There are times in doing our work at OHA when it becomes clear that we are part of powerful movement in our state. This movement is finally breaking through the barriers that have kept our health system stuck in high costs and inefficient care for decades. One such example is the emerging primary health care homes.
Across the state, local providers are becoming officially recognized for meeting standards of patient care that truly focus on wellness. Through OHA’s Patient Centered Primary Care Home program, providers get a "stamp of approval" so that patients know they have been found to meet several key attributes.
In Oregon to date more than 200 clinics in all parts of the state have been recognized as official primary care homes. You can see the full list here. Any kind of provider, large or small, can qualify if they meet the criteria. Over the past month we have been working with these providers to learn more about the kind of care they offer to their patients. The stories and examples we’ve found are heartening and profound.
In Eugene, for example, Logan and Kyle are brothers who were born prematurely and have multiple health issues. At Eugene Pediatric Associates, a recognized primary care home, they are receiving coordinated, patient-centered care. A team of two doctors, three nurse practitioners and several office staff unite around each of their 8,000 patients. The team is available by phone, email or in person. Because of patient-centered primary care, the Belleque boys are now doing well and have visited the emergency room much less often than before.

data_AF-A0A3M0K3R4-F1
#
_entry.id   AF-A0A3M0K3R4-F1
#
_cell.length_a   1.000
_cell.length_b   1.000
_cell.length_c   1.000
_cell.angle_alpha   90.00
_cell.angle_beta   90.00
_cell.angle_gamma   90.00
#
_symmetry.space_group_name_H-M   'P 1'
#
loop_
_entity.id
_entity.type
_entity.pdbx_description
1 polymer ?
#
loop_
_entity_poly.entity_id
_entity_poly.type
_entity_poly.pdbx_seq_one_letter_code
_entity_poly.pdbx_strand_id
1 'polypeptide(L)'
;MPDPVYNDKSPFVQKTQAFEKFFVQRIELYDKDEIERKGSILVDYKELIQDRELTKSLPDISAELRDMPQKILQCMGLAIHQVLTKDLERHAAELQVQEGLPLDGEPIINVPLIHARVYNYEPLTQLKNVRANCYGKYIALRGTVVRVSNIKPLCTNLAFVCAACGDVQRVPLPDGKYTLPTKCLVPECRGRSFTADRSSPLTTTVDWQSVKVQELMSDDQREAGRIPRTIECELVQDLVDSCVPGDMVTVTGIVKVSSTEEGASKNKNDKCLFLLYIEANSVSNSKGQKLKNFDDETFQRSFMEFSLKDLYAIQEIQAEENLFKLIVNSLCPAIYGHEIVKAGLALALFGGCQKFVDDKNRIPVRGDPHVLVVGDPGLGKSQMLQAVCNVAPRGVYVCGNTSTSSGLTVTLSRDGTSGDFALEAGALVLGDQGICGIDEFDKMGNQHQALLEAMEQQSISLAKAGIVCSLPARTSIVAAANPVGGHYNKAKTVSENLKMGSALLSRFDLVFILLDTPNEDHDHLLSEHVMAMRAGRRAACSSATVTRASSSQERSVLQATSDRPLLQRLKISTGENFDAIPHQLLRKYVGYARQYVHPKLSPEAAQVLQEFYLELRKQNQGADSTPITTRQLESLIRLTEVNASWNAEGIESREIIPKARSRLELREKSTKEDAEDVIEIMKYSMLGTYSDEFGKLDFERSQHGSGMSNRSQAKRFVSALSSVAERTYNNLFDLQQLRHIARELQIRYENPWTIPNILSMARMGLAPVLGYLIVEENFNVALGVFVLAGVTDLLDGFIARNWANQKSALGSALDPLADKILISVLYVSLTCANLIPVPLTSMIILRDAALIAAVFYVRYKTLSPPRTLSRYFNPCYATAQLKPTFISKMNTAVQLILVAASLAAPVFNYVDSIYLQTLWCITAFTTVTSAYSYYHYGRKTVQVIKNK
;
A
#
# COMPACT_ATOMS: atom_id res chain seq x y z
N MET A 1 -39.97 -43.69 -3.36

In Grants Pass, Richard McClanahan suffered from hypertension, high blood pressure, gout, arthritis and high cholesterol. Rogue Medical enrolled him in its wellness and nutrition program, which included office visits with a certified nutritionist. Through changed eating habits, which resulted in his 40-pound weight loss, McClanahan is feeling healthier and no longer takes the half-dozen medications he used to.
In Klamath Falls, Cascades East Family Medical Center has patient care teams that develop specific care plans for their high-needs patients. They’ve also expanded access to care by making more appointments available, even during evening hours. The care teams consist of a registered nurse, a medical assistant, medical residents and faculty physicians. There is always a team member available for patients; the resident and faculty physicians do home visits and team members are available by phone if needed as a way to prevent health emergencies.
These are just a few of the examples of how the people working in primary care homes are helping Oregonians stay healthier and lower costs for everyone.
This model of care not only helps patients, but it allows providers to do what they do best: help people. They are part of Oregon’s health improvement movement.